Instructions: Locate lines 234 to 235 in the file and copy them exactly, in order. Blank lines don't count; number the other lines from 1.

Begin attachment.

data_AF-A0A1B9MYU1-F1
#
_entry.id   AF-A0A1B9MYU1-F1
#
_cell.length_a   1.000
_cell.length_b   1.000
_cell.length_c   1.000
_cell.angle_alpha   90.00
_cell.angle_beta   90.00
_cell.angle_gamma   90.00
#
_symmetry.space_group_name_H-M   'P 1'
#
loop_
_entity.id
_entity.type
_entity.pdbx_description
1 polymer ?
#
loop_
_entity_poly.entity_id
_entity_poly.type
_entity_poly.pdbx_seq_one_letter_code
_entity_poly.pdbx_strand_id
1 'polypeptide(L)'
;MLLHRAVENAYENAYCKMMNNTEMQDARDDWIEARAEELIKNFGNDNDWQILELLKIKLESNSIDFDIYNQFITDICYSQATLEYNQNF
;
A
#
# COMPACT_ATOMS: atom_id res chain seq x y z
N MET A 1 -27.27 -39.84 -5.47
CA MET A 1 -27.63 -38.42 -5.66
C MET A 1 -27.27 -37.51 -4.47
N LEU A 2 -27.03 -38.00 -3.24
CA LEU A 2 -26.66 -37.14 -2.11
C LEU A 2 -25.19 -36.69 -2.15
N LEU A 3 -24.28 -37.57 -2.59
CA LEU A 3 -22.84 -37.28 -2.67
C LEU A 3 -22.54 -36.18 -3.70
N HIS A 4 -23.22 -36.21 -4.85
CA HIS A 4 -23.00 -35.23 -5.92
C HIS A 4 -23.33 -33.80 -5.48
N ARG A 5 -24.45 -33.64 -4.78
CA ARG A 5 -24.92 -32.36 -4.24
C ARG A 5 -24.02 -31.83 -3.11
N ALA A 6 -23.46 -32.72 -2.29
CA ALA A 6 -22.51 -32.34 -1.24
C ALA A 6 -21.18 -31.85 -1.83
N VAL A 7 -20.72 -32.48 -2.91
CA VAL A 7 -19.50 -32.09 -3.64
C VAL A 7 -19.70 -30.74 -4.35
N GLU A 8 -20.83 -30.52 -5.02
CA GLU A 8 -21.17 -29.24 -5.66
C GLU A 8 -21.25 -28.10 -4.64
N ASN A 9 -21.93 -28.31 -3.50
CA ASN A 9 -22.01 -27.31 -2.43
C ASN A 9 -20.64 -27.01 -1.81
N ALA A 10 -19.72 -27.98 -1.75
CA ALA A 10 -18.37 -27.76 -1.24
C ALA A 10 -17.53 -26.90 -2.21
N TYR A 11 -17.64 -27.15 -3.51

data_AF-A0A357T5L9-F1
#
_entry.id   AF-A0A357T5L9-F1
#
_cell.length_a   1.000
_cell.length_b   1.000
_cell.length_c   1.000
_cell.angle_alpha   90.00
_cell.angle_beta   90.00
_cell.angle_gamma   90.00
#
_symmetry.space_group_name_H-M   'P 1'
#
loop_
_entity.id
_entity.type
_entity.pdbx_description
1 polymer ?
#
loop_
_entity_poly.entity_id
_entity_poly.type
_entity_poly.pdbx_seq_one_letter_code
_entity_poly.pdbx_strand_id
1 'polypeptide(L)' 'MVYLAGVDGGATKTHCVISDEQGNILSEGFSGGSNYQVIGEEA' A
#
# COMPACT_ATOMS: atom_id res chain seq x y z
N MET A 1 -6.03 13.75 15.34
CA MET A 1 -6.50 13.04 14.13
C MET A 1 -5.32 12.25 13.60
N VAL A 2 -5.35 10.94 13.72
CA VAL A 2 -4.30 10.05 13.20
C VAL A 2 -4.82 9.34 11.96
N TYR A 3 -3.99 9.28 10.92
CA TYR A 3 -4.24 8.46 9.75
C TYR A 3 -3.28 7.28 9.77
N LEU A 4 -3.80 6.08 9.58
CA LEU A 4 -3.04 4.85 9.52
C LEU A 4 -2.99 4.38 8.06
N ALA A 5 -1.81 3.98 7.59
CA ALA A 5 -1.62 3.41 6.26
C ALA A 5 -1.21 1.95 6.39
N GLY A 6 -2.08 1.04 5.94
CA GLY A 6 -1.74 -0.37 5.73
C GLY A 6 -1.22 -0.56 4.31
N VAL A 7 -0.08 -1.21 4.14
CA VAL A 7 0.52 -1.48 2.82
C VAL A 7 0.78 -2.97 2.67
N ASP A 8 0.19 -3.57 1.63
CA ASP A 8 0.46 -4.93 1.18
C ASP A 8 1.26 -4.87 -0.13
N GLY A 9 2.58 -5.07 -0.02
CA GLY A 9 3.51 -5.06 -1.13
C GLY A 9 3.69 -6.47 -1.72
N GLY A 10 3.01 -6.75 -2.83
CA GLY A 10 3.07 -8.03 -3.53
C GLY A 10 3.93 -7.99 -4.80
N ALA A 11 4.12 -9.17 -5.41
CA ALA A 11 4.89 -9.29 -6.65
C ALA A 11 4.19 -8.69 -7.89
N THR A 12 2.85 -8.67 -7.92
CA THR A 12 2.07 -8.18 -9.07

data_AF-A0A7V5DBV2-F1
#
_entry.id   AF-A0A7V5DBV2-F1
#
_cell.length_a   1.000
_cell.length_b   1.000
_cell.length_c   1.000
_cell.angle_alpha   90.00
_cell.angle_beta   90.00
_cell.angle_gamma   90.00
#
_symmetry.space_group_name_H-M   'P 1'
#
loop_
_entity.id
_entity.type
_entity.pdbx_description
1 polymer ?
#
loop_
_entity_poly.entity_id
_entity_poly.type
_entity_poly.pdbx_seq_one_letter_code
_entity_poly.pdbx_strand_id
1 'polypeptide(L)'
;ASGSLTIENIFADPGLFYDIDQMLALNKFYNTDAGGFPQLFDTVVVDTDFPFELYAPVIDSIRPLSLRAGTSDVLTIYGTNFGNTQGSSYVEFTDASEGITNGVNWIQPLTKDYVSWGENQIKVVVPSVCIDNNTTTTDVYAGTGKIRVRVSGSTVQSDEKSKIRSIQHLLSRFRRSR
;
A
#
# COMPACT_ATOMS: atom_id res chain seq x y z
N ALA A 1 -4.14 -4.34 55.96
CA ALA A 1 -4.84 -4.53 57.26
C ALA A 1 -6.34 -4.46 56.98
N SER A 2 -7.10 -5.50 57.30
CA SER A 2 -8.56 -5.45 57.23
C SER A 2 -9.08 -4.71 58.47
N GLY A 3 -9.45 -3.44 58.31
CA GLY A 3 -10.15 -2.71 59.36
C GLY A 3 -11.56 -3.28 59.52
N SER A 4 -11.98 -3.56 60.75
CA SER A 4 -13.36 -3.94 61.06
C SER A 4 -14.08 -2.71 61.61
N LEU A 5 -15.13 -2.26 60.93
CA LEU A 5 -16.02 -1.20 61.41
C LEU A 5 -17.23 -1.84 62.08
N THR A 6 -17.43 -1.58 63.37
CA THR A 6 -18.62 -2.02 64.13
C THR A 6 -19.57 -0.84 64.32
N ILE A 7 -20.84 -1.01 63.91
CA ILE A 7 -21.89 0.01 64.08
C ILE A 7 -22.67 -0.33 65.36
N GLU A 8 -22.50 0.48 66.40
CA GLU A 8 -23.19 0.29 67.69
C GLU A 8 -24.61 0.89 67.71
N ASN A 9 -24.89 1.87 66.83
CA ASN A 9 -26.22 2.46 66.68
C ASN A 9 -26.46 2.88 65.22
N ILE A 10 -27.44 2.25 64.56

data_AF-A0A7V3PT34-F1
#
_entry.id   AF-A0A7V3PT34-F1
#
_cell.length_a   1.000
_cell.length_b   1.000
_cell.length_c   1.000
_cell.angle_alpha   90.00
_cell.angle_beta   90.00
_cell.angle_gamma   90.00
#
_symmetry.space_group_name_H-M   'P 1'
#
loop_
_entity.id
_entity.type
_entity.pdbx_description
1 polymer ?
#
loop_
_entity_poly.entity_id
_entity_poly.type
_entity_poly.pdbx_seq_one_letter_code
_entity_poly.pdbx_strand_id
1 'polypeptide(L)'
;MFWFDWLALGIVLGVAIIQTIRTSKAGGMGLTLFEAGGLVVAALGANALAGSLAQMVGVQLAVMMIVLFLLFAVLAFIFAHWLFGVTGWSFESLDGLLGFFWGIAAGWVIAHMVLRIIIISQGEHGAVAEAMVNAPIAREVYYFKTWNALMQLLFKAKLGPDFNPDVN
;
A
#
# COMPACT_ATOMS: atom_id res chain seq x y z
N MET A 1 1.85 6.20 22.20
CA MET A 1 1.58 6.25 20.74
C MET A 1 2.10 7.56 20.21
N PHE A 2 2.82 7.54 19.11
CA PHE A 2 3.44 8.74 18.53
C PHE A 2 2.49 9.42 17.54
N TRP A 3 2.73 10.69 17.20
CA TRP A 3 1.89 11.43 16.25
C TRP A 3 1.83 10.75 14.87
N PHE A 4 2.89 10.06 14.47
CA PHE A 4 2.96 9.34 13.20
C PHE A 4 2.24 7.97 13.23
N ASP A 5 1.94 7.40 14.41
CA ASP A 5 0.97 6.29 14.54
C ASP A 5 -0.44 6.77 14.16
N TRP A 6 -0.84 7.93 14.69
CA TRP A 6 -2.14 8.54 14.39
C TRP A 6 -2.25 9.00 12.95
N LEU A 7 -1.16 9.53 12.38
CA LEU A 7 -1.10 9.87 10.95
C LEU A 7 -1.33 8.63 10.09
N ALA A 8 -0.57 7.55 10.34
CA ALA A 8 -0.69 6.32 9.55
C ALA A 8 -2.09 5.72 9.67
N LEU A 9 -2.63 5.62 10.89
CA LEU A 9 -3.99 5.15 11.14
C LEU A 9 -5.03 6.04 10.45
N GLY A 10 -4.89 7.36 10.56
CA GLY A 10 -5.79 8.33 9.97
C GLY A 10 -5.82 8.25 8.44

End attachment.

CA ALA A 8 -0.69 6.32 9.55
C ALA A 8 -2.09 5.72 9.67